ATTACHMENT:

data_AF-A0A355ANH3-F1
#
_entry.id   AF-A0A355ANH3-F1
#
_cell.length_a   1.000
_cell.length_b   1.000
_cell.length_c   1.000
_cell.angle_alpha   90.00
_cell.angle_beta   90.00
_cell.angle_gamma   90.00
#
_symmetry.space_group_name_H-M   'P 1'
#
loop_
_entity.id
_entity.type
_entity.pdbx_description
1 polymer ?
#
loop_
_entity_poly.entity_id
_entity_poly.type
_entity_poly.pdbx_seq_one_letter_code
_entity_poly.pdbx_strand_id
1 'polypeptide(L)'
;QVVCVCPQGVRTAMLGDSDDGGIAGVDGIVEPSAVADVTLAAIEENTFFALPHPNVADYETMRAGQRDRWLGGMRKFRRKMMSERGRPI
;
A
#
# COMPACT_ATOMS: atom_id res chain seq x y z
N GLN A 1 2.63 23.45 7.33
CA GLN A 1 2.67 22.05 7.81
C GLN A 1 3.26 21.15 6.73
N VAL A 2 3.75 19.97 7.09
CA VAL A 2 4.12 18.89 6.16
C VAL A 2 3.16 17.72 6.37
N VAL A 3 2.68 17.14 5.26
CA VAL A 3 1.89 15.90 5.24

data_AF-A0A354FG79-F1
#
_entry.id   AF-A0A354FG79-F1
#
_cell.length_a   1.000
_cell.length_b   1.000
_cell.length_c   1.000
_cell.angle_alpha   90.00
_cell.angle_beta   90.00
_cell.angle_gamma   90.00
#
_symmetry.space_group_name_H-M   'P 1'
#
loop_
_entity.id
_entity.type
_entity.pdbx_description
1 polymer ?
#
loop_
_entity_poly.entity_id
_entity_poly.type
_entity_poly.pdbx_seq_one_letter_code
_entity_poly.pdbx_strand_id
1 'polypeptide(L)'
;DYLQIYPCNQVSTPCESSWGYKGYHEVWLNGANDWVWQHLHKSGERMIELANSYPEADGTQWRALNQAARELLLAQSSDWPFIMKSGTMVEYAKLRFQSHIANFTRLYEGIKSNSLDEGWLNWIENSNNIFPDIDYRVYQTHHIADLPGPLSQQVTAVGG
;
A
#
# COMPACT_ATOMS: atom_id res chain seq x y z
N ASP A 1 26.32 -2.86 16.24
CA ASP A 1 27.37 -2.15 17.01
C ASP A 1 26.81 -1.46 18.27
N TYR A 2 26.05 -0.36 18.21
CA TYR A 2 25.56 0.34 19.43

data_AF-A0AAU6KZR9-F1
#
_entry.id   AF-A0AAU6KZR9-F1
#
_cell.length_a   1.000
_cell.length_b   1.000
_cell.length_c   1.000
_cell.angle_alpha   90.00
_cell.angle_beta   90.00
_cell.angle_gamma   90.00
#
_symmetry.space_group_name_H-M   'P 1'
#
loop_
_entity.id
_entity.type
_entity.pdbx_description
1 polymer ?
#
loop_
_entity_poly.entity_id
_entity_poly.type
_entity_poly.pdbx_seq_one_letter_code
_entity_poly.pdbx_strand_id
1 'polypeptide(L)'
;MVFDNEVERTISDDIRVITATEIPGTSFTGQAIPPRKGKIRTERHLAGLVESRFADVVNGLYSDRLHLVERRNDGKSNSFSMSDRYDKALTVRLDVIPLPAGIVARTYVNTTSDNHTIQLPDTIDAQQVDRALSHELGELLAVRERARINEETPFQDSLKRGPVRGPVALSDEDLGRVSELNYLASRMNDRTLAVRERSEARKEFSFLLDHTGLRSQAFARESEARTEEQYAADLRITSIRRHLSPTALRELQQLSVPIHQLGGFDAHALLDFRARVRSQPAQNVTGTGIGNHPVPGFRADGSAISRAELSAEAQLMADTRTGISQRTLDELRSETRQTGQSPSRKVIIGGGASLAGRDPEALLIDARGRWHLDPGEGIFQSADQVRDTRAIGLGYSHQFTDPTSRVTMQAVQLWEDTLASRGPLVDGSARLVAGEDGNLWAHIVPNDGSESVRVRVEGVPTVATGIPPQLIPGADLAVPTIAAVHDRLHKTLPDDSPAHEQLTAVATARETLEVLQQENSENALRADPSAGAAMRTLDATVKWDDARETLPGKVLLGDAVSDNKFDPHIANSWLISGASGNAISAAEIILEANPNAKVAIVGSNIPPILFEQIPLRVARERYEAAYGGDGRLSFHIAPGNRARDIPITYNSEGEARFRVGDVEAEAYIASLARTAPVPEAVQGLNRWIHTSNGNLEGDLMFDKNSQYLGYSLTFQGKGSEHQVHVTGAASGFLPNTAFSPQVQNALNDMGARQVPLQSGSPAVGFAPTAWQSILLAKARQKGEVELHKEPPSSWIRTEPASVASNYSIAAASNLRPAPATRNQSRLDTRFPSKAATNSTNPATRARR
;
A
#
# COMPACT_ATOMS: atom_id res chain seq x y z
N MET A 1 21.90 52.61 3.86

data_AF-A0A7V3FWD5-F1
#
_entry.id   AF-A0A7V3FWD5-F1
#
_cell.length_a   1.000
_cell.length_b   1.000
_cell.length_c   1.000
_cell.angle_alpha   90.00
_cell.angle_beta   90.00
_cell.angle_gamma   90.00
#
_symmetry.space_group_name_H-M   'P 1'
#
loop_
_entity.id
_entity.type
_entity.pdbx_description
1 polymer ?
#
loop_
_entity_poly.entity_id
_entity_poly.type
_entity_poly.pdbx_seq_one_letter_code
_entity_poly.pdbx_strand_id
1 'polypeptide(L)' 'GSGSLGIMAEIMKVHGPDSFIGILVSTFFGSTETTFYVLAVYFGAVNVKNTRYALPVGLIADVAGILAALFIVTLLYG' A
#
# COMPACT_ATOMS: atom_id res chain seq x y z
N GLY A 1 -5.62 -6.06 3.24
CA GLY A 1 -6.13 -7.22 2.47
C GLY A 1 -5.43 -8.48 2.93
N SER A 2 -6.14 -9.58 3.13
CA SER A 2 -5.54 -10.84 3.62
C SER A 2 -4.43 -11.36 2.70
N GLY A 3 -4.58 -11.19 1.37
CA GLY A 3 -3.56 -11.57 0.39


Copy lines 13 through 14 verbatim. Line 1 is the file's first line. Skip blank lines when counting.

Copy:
#
loop_